For Mohamed Elfadl, an MPH student in San Antonio, getting a public health degree is just one more piece of his diverse and impressive journey as a medical professional and international citizen. Born in Sudan and raised for part of his childhood in Saudi Arabia, Elfadl’s trajectory eventually led him to Houston, when he won a visa through the diversity lottery program and got the chance to come to the U.S.
Before coming to the U.S., Elfadl completed his medical degree overseas at the University of Khartoum in Sudan and had worked in public health as a licensed physician for years all over Africa. So, when he arrived in Houston in 2015, he put his medical background to use with jobs as a pharmacy technician and medical legal interpreter, translating information into Arabic for refugees from Syria and the Middle East.
Knowing that his medical degree would not be recognized in the U.S., Elfadl began planning to take the three major exams that would enable him to practice medicine. His journey to getting his medical license took a detour in 2017 when he decided to enlist in the U.S. Army after conversations with friends about the military's potential for personal and professional growth.
“My friends, who were engineers in the military, shared that the military had a robust medical branch, and that it would give me opportunities for my education and career," Elfadl said.
After completing his military training in San Antonio for his role in the Army as a mental health technician, Elfadl shipped out for Germany in 2019. Elfadl spent the next four years there, and applied his medical expertise during the height of the COVID-19 pandemic in vaccination campaigns and supporting his fellow soldiers’ mental health.
"The military puts a lot of effort into caring for the soldiers’ mental health,” Elfadl said. “Every military base usually has multiple clinics, including individual mental health clinics.”
The Army’s mental health technicians like Elfadl are the frontline of support for soldiers’ mental well-being as they cope with stressful situations in the fast-paced environment of the military, he said. The soldiers were sent to Elfadl first when they arrived at the clinic, and after listening and learning their stories, he was able to guide them to a psychiatrist or psychologist on staff for treatment.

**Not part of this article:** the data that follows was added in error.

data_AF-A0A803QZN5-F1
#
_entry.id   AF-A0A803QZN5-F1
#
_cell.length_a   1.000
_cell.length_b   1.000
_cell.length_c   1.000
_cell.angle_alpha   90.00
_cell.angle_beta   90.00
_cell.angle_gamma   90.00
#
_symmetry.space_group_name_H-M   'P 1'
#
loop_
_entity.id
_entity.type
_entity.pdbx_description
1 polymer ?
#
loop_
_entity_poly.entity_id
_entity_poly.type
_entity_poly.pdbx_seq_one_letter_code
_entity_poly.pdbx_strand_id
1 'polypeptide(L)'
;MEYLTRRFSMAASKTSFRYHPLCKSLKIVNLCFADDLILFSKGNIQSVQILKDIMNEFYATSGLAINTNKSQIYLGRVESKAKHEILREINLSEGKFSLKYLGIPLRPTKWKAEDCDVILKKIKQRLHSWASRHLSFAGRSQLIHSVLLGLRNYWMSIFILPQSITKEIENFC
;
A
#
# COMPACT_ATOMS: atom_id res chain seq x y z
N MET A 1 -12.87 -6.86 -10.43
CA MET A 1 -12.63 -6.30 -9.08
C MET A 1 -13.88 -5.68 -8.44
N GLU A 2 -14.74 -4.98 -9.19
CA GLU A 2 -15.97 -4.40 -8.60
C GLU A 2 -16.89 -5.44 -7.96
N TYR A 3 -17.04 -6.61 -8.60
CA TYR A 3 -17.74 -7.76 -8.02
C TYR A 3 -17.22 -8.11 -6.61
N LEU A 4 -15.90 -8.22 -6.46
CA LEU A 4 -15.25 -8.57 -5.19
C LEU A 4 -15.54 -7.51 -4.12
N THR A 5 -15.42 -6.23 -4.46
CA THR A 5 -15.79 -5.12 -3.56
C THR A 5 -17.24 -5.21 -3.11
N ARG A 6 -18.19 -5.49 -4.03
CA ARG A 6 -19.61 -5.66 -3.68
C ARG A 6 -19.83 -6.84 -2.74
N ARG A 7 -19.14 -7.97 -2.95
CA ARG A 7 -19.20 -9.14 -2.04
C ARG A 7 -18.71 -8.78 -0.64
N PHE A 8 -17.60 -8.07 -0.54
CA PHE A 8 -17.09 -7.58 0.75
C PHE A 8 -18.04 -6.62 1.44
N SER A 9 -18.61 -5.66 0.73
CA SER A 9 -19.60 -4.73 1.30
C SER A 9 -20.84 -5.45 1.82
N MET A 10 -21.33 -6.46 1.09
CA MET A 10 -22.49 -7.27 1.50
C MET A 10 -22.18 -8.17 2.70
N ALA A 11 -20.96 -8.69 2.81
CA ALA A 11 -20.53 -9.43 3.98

“I have worked in so many different populations,” Elfadl said. “I’ve worked in the Middle East and Africa and now with the military, and I’ve met a lot of interesting people with diverse backgrounds.”
Following the completion of his military service in early 2023, Elfadl decided to embark on a new academic journey during the process and enrolled in the UTHealth Houston School of Public Health’s MPH program with the goal of combining his medical knowledge with a public health perspective. Elfadl still plans to pursue medicine, and eventually work as a psychiatrist, with plans to take the first of the medical licensing exams next summer, and the next in between his fall and spring semesters of 2024 and 2025. If all goes well, he will be fully licensed as a practicing physician by the time he finishes his MPH.
As he forges ahead with his public health degree and looks toward a future in mental health, Elfadl said he will carry with him valuable lessons from his military service, and he believes it will make him a better person and healthcare provider.
"In the military, you are part of a big thing,” he said. “You learn all this discipline and to always just stay focused and stay calm and see the bigger picture all the time.”